Grows and sustains the warranty monetary reserve in order to remain financially secure and aid the consumers.
Educate housing consumers and home builders regarding their rights and obligations.
Provide excellent customer care.
Probuild is a long standing registered member of the NHBRC, who assists in upholding high standards and level of service expertise. Over the past 15 years Probuild has successfully registered over 6000 houses with the NHBRC, ensuring that clients can enjoy peace of mind.
Propbuild, together with OnTrack Project Management team of experts ensure that all contractors, workers and staff adhere and abide by the stipulations required by the NHBRC.
The National Credit Act
The National Credit Act (NCA) sets a framework for every type of credit transaction. The NCA came into effect on June 1, 2007 and its implementation radically changes the way in which consumers borrow and financial institutions lend.
The Act is aimed at protecting consumers from irresponsible debt levels by educating and assisting consumers in making informed choices and promotes a fair, competitive and sustainable credit market.
The Act introduces new rights for consumers, allowing consumers to make informed decisions before buying goods and services on credit. It also places a greater responsibility on credit providers to refuse to give you credit if you cannot afford it and for the first time in South African history, it will regulate the way credit bureaus do business.
A national database of credit agreements is being set up and will be maintained by the National Credit Regulator (NCR) who will receive information about credit agreements from the credit providers and credit bureaus.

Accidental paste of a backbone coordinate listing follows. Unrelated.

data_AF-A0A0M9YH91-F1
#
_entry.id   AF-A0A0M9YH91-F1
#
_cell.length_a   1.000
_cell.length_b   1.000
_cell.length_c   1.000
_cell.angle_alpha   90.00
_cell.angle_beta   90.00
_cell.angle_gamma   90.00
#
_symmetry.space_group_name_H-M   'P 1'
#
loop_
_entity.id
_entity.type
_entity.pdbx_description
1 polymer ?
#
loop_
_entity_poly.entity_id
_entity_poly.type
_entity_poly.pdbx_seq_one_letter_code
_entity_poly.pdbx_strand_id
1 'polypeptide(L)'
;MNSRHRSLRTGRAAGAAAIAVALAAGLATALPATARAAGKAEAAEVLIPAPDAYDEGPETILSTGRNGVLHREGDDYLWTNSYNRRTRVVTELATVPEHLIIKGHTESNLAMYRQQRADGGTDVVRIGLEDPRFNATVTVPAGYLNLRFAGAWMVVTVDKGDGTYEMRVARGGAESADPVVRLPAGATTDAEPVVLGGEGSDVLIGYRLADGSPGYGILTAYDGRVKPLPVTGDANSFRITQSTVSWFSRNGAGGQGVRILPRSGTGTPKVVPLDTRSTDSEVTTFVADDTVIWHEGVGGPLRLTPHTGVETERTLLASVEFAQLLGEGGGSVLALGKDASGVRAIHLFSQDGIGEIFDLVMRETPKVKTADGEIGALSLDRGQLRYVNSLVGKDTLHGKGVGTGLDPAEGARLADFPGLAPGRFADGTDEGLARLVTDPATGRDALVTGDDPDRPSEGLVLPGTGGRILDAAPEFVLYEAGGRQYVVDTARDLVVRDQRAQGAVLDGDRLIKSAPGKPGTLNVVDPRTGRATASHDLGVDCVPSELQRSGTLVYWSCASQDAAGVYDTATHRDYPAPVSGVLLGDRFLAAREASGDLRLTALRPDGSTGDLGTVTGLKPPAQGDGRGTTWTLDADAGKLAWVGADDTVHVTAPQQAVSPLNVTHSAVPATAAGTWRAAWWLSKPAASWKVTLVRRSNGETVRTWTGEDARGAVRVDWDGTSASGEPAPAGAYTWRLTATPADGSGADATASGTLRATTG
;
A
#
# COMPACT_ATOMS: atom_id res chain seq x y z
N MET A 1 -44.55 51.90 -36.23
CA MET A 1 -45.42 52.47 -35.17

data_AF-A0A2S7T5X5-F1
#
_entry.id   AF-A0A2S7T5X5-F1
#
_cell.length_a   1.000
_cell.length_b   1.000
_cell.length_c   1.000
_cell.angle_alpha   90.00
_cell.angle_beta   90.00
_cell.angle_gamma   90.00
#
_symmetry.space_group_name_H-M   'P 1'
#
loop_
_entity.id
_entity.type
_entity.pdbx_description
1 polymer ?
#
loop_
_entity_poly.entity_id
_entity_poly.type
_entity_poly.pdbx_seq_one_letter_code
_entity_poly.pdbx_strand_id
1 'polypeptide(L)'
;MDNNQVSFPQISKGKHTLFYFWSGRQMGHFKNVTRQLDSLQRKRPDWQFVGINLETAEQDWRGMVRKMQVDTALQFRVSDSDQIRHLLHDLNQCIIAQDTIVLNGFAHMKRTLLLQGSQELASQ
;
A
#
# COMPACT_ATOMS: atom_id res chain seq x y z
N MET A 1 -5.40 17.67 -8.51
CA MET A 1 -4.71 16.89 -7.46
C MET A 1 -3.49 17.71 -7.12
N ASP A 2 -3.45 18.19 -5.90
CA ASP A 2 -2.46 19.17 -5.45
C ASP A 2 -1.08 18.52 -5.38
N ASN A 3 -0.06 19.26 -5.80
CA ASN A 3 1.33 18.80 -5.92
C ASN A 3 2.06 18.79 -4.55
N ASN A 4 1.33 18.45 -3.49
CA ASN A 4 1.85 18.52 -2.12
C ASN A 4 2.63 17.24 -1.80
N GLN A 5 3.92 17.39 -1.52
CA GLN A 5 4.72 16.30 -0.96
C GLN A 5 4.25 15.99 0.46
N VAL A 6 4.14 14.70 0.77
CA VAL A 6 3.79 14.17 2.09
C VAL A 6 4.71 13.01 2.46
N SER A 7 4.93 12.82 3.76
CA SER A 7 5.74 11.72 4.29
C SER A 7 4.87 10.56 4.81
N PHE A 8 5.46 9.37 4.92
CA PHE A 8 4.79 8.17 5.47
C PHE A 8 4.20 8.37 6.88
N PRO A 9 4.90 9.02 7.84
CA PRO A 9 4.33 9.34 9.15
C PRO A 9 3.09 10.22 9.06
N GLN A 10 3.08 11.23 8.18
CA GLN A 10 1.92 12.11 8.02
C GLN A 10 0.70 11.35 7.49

The idea behind the National Credit Register is that all outstanding loans and other credit obligations will be listed on this register. Prospective credit providers will be able to check this database to assess whether you can afford to take on more debt before giving you a loan or extending credit to you.
How the NCA Affects you when applying for mortgage:
Banks previously used a borrower's gross income (applicant and co-applicant) to determine whether they can afford the monthly repayments. Now that the act has been implemented, the banks will have to check all forms of credit that the client has available to them. The responsibility falls on the applicants to give a truthful and accurate account of their current financial profile with specific regards to income, expenditure, assets and liabilities.
The lending stipulations of banks have changed and they have become more stringent with their qualifying criteria. Therefore the way in which banks manage risk has also changed. One bank might accept an application previously declined by another. In this instance the bank may use a price mechanism to adjust for the level of risk i.e. less discount on the prime lending rate to the applicant.
The NCA stipulates that as a consumer you have the right to:
Apply for credit.
Be protected against discrimination in the granting of credit.
Be informed of the reason why your application for credit was refused, upon request.
Receive a credit agreement in plain and understandable language.
Receive a copy of your credit contract and a replacement copy when you request one. For more information click here www.ncr.org.za